Sell Sirius to the Free Local Radio Broadcasters?
With nearly $1 billion of its $3.3 billion total debt coming due in 2009, a lousy liquidity situation and shares trading around 13 cents, the New Year does not look promising for Sirius XM Radio (SIRI). Even with the tools to raise its stock price above the $1 threshold necessary to avoid delisting and meet at least a portion of the loan repayments it faces next year, the struggling satellite radio outfit’s future seems uncertain at best. Really, there’s no reason not to believe that the company will continue to disintegrate in 2009.
So, though CEO Mel Karmazin recently ruled out any interest in privatization in the near term, maybe it’s time to think about selling Sirius XM again. The question then becomes, to whom?
How about a coalition of free local radio broadcasters?
A ludicrous idea? Perhaps. But over at RadioWorld, WHDX/WHDZ owner Dave Wilson makes a compelling argument for it. “According to Yahoo Finance, Sirius XM’s enterprise value at this writing is less than $4 billion,” Wilson writes. “This means free local radio broadcasters might be able to buy all of the stock of Sirius XM, buy out those with minority ownership interests, and pay off Sirius XM’s debt for about $4 billion. If $4 billion sounds like a lot of money to you, well, you’re right. But consider this: In 2008, the FCC collectively charged free local radio $22,439,275 in regulatory fees to fund all of the wonderful things it did for us. Dividing $4 billion by $22.44 million yields a ratio of 178. So, if you want to know how much it would cost a station to participate in a local radio buyout of Sirius XM, simply take that station’s 2008 regulatory fee and multiply it by 178. For a small-market Class A FM station, it would be $106,800. For the highest-powered FM in the largest market it would be $1.8 million.”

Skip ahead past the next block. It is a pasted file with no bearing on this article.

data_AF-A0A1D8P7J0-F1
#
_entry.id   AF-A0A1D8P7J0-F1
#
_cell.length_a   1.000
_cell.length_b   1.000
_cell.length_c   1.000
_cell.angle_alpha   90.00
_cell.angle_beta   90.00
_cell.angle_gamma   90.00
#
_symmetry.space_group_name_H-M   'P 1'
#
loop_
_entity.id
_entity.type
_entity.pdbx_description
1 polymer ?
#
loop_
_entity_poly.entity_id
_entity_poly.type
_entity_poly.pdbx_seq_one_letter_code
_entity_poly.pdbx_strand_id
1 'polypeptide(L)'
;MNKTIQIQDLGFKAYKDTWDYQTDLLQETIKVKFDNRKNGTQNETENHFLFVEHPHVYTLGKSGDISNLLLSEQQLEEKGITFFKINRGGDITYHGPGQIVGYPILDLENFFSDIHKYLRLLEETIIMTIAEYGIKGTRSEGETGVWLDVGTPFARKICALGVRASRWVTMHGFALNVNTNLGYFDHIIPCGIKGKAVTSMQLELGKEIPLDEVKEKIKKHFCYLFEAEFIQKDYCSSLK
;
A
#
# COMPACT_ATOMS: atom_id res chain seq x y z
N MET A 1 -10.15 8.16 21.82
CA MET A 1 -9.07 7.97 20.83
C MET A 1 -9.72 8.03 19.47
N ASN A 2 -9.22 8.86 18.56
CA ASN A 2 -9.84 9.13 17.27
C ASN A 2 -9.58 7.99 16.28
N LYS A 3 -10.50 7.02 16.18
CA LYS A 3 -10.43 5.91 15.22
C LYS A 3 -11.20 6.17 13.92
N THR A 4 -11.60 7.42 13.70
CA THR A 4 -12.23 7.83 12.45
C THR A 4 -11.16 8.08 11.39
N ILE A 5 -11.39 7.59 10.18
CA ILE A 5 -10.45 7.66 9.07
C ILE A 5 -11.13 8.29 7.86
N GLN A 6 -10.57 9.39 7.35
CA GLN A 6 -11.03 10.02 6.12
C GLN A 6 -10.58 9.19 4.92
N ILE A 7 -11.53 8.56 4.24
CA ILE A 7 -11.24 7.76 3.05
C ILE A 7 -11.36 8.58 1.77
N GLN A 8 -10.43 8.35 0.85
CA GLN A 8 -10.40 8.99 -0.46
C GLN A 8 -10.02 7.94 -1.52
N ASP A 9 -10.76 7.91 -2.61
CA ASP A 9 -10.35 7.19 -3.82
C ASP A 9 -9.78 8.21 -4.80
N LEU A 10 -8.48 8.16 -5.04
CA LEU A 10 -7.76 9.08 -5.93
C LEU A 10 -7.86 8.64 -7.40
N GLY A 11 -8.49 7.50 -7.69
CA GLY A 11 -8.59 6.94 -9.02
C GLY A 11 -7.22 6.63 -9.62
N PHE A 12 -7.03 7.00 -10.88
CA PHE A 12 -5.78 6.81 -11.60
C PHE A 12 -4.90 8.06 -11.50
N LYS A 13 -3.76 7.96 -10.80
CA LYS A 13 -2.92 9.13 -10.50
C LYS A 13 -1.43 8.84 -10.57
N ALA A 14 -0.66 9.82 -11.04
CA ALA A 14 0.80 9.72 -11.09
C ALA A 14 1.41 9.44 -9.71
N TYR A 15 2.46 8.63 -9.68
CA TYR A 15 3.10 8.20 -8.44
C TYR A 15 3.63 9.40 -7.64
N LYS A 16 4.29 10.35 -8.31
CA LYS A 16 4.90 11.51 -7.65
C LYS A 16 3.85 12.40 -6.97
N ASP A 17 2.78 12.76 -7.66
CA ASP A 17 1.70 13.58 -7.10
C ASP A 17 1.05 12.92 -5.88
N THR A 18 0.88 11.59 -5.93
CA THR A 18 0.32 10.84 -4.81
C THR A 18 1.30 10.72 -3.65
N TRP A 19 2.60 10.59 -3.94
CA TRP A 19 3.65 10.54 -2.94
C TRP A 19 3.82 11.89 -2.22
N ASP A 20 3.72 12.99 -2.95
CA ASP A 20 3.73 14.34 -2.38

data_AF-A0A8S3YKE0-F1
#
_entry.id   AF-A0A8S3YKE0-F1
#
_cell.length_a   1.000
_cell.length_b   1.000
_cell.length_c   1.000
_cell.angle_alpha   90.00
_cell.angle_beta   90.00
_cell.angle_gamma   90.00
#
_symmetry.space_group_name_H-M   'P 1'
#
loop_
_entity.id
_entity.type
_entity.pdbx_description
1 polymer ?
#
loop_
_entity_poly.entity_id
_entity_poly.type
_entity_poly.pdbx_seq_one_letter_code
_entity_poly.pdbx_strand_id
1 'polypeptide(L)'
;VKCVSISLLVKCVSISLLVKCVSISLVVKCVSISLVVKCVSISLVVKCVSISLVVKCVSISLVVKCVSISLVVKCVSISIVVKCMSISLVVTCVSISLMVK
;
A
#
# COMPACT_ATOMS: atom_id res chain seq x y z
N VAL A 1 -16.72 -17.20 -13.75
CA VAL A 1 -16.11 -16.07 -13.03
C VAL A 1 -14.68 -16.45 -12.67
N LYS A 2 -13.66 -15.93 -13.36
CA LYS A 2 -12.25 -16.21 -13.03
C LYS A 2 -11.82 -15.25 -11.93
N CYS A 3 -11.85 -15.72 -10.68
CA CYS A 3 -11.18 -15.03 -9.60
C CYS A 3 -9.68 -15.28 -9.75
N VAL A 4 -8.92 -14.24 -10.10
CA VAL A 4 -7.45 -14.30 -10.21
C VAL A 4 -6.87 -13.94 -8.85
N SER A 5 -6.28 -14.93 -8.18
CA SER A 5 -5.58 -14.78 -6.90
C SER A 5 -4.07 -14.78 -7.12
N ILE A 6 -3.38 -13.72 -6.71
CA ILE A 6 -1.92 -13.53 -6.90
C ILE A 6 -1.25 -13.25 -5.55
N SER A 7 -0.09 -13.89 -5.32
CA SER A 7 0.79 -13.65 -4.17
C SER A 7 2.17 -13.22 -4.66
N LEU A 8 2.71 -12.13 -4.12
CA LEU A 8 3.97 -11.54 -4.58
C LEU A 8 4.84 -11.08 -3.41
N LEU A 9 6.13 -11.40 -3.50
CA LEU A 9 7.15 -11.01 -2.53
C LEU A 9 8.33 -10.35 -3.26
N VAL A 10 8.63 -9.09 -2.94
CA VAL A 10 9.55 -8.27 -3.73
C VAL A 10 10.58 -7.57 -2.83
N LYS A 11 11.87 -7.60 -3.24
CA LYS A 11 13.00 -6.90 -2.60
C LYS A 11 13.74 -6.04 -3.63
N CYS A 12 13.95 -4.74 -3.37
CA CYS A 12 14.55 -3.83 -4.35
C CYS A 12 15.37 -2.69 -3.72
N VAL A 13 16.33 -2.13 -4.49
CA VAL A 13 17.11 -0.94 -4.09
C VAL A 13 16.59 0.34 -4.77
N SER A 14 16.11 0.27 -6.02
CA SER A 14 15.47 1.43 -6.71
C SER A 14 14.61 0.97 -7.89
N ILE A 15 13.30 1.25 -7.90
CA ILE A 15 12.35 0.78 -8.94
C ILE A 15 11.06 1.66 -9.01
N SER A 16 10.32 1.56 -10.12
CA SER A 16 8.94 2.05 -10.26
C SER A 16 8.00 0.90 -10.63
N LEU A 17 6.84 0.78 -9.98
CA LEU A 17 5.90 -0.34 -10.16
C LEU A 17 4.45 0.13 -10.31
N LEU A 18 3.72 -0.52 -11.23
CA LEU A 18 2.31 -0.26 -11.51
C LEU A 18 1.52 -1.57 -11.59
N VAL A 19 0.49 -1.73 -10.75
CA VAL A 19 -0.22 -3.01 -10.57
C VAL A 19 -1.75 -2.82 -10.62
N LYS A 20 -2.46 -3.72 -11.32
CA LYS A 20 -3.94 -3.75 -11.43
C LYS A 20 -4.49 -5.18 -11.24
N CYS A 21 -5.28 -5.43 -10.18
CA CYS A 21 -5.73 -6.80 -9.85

So a local radio buyout is financially possible. But is it possible from a regulatory standpoint? Wilson says it is, as long as no AM or FM licensee owns more than 4.99 percent of Sirius XM shares. Feasible from a business standpoint as well, if you adopt a cable company-esque business model. “The real beauty of bringing free local radio and satellite radio together would be the increased value it would bring to consumers, and thus to us as licensees,” Wilson argues. “Imagine this–our satellite company uses 100 satellite channels to broadcast radio programming nationwide. National spots are sold by our satellite company and we all share in the profits. Local spots would be sold by each of us in our local markets.”
Sounds like a wonderful plan for local radio, doesn’t it? Too bad it’ll never happen.